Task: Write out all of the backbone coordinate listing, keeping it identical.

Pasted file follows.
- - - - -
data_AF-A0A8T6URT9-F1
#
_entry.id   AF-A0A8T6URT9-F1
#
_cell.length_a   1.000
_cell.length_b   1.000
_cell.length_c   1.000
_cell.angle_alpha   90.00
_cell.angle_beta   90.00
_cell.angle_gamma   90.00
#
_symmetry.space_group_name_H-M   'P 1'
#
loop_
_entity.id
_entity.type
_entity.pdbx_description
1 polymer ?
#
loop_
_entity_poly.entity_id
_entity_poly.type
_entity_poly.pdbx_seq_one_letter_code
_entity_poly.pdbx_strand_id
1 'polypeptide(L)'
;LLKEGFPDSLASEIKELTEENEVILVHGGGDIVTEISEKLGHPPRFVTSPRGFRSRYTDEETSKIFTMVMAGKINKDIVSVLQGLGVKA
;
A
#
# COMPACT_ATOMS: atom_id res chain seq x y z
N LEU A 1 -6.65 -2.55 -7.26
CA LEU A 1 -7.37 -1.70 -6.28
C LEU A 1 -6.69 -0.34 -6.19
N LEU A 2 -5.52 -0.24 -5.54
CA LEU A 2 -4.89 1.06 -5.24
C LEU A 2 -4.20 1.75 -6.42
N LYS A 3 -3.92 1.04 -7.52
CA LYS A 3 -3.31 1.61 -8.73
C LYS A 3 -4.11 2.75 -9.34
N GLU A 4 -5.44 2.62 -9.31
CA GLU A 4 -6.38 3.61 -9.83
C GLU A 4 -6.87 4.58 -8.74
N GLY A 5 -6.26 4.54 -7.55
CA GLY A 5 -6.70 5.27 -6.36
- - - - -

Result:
data_AF-A0A8T6URT9-F1
#
_entry.id   AF-A0A8T6URT9-F1
#
_cell.length_a   1.000
_cell.length_b   1.000
_cell.length_c   1.000
_cell.angle_alpha   90.00
_cell.angle_beta   90.00
_cell.angle_gamma   90.00
#
_symmetry.space_group_name_H-M   'P 1'
#
loop_
_entity.id
_entity.type
_entity.pdbx_description
1 polymer ?
#
loop_
_entity_poly.entity_id
_entity_poly.type
_entity_poly.pdbx_seq_one_letter_code
_entity_poly.pdbx_strand_id
1 'polypeptide(L)'
;LLKEGFPDSLASEIKELTEENEVILVHGGGDIVTEISEKLGHPPRFVTSPRGFRSRYTDEETSKIFTMVMAGKINKDIVSVLQGLGVKA
;
A
#
# COMPACT_ATOMS: atom_id res chain seq x y z
N LEU A 1 -6.65 -2.55 -7.26
CA LEU A 1 -7.37 -1.70 -6.28
C LEU A 1 -6.69 -0.34 -6.19
N LEU A 2 -5.52 -0.24 -5.54
CA LEU A 2 -4.89 1.06 -5.24
C LEU A 2 -4.20 1.75 -6.42
N LYS A 3 -3.92 1.04 -7.52
CA LYS A 3 -3.31 1.61 -8.73
C LYS A 3 -4.11 2.75 -9.34
N GLU A 4 -5.44 2.62 -9.31
CA GLU A 4 -6.38 3.61 -9.83
C GLU A 4 -6.87 4.58 -8.74
N GLY A 5 -6.26 4.54 -7.55
CA GLY A 5 -6.70 5.27 -6.36